Implementing Automated Database Backup and Restore with Default Means

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You can find a lot of guides on how to backup and restore databases. In this one, we’ll show how this can be done using the default MS SQL Server means.

This example will cover a number of approaches – from checking the database’s integrity before backing it up to restoring the database from a previously created backup copy.

The solution

Firstly, let’s look at the overall algorithm we’ll use for backing up a database:

1) Defining which databases need to be backed up
2) Checking the integrity of the chosen databases
3) Creating a backup (full, differential or transaction log copy) for each of the chosen databases
4) Checking the created backup copies
5) Compressing the transaction logs (if needed)

Below, you can find an implementation example of this algorithm.

To define which databases need to be backed up, we’ll create the following table:

The database identifier is located in the first column, ‘FullPathBackup’ contains the path for full backup copy creation (for example, ‘disk:\…\’), and the DiffPathBackup and LogPathBackup contain full paths for creation of differential and transaction log copies respectively. If the DiffPathBackup or LogPathBackup columns are empty, then the differential and/or transaction log copy for this database will not be created.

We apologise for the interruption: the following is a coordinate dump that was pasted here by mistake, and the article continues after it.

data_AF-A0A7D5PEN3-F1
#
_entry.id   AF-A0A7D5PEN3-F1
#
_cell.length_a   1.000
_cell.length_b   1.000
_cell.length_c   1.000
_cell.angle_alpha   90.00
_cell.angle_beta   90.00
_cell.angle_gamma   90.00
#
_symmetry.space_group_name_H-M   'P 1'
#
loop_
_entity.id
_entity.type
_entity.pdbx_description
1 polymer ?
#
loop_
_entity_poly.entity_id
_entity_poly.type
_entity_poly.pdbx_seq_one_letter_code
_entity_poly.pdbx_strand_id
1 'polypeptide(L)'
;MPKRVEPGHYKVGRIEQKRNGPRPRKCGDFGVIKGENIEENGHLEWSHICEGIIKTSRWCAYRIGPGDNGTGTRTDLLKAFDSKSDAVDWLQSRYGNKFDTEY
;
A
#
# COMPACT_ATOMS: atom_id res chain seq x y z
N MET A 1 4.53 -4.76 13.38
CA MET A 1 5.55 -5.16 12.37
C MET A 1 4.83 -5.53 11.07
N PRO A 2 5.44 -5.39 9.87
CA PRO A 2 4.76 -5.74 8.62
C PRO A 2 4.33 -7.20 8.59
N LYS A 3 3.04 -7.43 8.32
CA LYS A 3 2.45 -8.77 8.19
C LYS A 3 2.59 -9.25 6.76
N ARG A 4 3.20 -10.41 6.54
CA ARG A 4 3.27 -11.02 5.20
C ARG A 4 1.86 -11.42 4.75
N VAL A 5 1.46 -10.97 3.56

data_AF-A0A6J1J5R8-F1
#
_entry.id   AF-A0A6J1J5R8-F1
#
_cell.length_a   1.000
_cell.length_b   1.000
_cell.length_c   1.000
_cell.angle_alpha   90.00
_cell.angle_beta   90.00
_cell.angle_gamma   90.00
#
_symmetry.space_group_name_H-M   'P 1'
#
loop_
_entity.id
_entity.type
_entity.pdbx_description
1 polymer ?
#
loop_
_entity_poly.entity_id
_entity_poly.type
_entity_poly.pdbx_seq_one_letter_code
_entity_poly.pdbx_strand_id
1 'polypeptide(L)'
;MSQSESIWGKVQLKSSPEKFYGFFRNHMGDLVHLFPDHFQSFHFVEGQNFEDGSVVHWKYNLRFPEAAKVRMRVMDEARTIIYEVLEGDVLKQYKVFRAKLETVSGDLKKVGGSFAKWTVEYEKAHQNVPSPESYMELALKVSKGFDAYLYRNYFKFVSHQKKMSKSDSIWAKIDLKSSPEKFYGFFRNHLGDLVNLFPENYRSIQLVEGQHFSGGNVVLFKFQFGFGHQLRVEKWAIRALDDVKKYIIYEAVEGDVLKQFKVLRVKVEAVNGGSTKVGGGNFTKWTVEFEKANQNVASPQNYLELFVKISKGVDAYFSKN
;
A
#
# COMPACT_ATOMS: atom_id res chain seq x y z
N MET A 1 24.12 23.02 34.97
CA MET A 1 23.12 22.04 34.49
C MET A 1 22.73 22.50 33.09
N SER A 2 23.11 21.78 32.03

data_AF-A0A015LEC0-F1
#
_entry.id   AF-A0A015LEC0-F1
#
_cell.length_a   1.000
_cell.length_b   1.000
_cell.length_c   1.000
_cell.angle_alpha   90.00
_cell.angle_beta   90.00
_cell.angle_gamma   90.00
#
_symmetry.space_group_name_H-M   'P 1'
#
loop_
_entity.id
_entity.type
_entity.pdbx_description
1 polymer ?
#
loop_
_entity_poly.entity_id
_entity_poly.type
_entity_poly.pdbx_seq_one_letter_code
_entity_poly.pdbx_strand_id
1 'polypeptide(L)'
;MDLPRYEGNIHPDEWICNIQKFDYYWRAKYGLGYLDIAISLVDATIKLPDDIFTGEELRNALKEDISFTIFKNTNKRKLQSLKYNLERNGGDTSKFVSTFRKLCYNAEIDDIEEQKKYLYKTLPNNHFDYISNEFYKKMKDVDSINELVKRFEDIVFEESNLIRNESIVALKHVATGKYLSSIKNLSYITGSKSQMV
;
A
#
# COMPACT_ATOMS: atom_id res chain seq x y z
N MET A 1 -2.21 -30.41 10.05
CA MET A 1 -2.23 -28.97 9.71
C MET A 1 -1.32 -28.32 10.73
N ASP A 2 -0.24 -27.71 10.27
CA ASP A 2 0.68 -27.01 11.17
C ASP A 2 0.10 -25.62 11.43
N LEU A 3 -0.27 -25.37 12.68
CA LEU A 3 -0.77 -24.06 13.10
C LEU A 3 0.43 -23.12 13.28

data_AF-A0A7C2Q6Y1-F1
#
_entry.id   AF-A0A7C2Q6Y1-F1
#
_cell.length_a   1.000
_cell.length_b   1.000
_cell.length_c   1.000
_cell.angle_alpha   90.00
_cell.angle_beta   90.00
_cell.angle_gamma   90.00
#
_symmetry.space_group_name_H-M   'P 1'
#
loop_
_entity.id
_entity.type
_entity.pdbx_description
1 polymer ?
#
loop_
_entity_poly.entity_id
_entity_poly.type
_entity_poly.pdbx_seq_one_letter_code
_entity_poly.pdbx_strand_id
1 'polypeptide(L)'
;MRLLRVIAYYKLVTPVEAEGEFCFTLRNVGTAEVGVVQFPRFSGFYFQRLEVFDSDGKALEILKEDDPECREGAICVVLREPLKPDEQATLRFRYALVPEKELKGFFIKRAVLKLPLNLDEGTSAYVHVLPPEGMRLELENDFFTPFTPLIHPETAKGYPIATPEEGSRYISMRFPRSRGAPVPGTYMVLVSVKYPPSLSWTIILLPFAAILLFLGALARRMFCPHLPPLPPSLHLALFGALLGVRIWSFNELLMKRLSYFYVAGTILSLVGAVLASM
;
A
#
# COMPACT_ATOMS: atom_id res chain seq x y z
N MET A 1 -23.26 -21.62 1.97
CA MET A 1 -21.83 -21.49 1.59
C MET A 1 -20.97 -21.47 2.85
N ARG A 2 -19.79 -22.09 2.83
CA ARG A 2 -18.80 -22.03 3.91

We can also create a representation based on this table:

This representation allows you to effectively check which databases are participating in the backup process.

Now, let’s create a representation which displays database file information from the sys.master_files system representation:

To create full backup copies, let’s implement the following stored procedure:


According to the code, we can see that this procedure provides a solution for the remaining steps of the backup copy creation algorithm.

Procedures which create differential and transaction log copies are implemented in a similar way:


As checking databases for integrity takes a lot of resources, we can omit it while creating a differential backup copy.


As said above, checking databases for integrity is a resource-heavy task. Combined with the fact that transaction log backup copies usually need to be created quite often, this gives us a reason to omit integrity checking while creating a transaction log copy.

Please also keep in mind that full backup copies of ‘master’, ‘msdb’ and ‘model’ databases need to be done periodically.

To automate the backup copy creation process, you’ll just need to place a call of the previously implemented procedures into the Windows Task Scheduler, agent jobs or any similar available service.

You will need to set the call frequency for each of those procedures individually based on the load peaks, activity plateaus etc.

The basic approach is as follows:

1) Creating a full backup copy once a day
2) Creating differential backup copies every 2-4 hours
3) Creating transaction log backup copies every 5-60 minutes